School board discusses budget reconciliation, redistricting
Both to be voted on at June 13 meeting
Charles County Public Schools is reducing funding for collective bargaining with employees and other cost-saving measures to make up a $12 million reduction in its Fiscal Year 2018 budget request.
The Board of Education met with staff for a work session Monday evening to discuss Charles County government’s approved budget as well as to answer questions regarding school redistricting.
The school board’s request of $364.2 million included a request for $18.1 million in additional county funding. The county, however, approved the school
system for only $4.9 million in additional funding.
According to the latest estimates from the state, the school system can expect an additional estimated $49,443 in state funding, according to Randy Sotomayor, assistant superintendent of budget and finance. The school system is also estimating an additional $113,900 from the state for nonpublic placements, special education students who have been placed in schools outside the system. The school system and the state share the costs for such placements, Sotomayor said.
“We believe the state estimates are pretty much accurate, so this is a good estimate for state revenues,” Sotomayor said.
Sotomayor said the school system is reducing its healthcare cost estimate by approximately $1.5 million.
“We are seeing a very good trend in healthcare cost claims, primarily due to our experience, but also due to consumer education. [Superintendent Kimberly] Hill sent out a very nice email to all the employees, reminding them how to be prudent about healthcare costs when they visit the doctor, but also our wellness program is a very good, successful program, and we believe that it’s helping the cost of healthcare,” Sotomayor said.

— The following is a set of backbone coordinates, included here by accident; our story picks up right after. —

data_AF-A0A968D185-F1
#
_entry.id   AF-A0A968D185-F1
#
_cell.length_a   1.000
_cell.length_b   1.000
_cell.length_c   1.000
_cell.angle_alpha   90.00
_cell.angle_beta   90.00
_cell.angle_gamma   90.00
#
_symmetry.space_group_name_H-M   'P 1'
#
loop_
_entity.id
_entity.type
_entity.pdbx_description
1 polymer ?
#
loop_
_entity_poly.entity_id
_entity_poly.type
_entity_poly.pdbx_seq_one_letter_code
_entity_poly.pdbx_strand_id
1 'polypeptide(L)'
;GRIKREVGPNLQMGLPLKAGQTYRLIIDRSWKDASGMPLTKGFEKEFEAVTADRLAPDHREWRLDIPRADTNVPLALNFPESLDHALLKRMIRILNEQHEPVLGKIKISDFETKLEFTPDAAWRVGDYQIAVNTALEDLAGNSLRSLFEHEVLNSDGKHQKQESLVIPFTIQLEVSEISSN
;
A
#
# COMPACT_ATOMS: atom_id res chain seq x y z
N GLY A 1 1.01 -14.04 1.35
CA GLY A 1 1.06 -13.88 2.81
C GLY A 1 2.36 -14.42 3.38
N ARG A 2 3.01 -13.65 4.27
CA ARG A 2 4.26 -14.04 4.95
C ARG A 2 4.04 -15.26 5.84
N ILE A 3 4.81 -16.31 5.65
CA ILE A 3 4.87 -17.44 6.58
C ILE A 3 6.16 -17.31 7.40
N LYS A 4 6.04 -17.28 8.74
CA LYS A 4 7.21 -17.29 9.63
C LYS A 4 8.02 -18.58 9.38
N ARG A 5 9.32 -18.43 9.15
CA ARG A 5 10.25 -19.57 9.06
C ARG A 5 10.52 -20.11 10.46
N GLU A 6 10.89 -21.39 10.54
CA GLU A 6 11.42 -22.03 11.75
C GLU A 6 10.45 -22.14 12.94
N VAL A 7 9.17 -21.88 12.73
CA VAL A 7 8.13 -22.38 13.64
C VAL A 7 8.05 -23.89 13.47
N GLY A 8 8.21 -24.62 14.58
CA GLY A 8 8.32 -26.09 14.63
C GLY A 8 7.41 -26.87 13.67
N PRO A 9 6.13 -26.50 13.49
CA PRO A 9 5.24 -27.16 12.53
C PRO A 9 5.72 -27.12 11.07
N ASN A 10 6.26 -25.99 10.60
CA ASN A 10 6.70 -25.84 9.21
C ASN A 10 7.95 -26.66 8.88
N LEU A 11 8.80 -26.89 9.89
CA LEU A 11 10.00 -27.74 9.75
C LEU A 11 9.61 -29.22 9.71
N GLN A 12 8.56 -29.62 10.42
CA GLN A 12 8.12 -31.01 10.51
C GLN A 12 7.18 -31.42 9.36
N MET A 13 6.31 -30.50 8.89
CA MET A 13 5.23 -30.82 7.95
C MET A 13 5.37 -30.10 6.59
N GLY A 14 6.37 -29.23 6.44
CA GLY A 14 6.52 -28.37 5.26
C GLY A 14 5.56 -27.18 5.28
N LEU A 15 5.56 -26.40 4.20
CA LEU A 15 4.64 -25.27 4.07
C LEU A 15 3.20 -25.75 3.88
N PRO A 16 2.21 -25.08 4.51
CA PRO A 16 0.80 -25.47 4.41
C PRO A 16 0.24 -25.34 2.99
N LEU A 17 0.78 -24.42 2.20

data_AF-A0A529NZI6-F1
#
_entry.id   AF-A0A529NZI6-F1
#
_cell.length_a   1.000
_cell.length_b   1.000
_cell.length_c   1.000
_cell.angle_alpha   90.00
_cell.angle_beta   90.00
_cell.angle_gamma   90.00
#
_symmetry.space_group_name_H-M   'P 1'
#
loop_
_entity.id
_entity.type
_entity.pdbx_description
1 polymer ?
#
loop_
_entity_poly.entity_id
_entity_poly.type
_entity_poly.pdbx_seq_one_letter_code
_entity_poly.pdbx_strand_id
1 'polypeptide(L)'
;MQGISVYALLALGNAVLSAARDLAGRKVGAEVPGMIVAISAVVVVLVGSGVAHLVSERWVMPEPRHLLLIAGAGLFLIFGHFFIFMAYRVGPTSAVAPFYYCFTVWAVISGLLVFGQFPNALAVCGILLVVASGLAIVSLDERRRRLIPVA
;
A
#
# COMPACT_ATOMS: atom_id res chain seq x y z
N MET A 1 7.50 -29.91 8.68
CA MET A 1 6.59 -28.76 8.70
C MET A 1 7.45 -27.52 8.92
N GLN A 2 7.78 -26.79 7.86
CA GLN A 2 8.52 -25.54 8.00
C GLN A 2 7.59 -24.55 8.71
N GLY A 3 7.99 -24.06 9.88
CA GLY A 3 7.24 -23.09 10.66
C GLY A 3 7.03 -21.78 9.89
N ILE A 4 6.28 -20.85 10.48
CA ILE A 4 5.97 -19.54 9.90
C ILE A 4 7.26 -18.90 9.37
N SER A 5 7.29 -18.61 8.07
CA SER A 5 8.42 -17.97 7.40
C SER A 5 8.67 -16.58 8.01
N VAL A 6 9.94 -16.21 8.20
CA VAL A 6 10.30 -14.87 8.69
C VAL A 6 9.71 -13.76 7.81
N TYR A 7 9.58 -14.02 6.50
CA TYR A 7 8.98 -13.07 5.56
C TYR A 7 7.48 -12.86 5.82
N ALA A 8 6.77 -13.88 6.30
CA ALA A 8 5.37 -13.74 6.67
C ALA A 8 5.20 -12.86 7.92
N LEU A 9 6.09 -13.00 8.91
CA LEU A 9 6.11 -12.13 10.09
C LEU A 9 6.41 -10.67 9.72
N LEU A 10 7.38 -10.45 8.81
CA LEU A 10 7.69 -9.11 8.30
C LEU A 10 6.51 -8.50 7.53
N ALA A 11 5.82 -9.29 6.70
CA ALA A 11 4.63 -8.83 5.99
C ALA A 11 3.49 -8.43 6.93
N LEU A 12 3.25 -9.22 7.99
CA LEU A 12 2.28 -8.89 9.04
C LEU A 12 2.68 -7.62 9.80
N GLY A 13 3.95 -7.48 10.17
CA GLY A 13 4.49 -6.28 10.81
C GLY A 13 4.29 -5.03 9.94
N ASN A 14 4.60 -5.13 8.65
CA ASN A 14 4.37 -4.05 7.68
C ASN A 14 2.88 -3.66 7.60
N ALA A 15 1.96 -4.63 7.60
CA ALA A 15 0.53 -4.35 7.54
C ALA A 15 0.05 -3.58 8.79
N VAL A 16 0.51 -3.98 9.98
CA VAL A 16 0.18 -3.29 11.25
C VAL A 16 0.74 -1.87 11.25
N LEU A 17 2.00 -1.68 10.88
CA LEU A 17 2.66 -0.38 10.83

The school system is also reducing the number of requested additional English Language Learner instructional positions from nine to four, Sotomayor said.
“After further review with the deputy superintendent, we feel we can accommodate three teachers and one instructional assistant,” Sotomayor said. “If there’s a need during the year, we feel we can accommodate that through lapsed salar y savings.”
The school system is also reducing the amount requested for collective bargaining with unions. The school system has eliminated its request for $6.4 million to be used to meet skipped pay increases for teachers and staff in fiscal years 2011 and 2015.
The budget does include a 2 percent cost of living increase for employees.
Staff also answered questions submitted by the board regarding elementary school redistricting. Superintendent Kimberly Hill has submitted a plan for redistricting the county’s elementary schools beginning in the 2018-19 school year, due to the expected opening of the new Billingsley Elementary School.
A submitted question asked what the additional costs would be to “grandfather in” students entering fourth or fifth grade, allowing them to remain in their former zoned school.
Michael Heim, assistant superintendent of supporting services, said the school system has looked at that option, but it would cost approximately $430,000 in increased transportation costs.
“That reason is because you’d be double-busing. You’d still have to pick up those kids who are in pre-K through third grade, but you’d have to go back into those zones to pick up the fourth and fifth graders to their current school,” Heim said.
Board member Victoria Kelly said she knew she was opening a “can of worms,” but asked what the additional costs might be if the school system granted an option for students to remain in their original schools if the parents provided transportation.
Heim said allowing such an option would create additional uncertainty for school administrators in terms of staffing.
“Some may choose to go to the new receiving school, some may choose not to, so it makes it difficult for school administration to work with the principals in determining how many fifth grade teachers they’ll need, how many fourth grade teachers they’ll need,” Heim said.
Hill said allowing students to remain in their original school if parents provide their own transportation hits on questions of equity.
“If we provide parents who have the means to do something like that, the ability to do it, then what are we saying to those who do not have the means?” Hill said.
The school board is expected to vote to approve the budget and redistricting plan at its June 13 meeting.